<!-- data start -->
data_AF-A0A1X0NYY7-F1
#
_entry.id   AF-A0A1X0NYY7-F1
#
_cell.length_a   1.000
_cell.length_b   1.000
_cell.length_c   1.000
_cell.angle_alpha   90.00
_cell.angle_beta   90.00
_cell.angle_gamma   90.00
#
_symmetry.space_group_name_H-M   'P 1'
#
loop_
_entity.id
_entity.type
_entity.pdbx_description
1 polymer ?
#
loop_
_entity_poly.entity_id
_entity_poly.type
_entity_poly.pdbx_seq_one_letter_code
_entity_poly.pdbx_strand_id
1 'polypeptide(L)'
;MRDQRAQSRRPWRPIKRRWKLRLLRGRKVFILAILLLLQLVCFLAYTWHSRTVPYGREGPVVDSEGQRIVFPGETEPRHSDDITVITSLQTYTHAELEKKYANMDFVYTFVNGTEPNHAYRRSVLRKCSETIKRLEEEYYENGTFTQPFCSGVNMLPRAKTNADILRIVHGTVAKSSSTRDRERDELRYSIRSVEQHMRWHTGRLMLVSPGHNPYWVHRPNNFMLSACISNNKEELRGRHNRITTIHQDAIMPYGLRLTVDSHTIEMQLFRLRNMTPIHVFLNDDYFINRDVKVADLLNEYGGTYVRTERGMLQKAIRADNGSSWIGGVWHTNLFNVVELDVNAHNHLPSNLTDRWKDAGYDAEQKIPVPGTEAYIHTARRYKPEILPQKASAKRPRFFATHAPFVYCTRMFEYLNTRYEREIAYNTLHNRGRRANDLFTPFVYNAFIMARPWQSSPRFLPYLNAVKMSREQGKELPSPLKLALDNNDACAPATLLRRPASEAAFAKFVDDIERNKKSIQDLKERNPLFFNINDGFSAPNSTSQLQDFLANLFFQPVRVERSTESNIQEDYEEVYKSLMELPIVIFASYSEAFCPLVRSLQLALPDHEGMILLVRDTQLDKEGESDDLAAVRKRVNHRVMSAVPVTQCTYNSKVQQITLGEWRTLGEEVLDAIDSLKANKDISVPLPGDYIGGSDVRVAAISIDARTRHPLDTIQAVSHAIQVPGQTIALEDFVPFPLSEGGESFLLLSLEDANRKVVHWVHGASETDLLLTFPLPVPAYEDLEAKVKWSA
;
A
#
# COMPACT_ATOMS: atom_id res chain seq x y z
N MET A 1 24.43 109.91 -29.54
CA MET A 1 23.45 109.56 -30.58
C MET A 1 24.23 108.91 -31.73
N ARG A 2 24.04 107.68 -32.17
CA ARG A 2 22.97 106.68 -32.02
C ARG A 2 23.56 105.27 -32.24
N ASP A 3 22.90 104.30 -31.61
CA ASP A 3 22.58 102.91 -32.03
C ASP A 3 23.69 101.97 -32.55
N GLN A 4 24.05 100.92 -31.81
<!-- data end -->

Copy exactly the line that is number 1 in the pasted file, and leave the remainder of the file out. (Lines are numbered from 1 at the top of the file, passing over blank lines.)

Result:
data_AF-A0A1X0NYY7-F1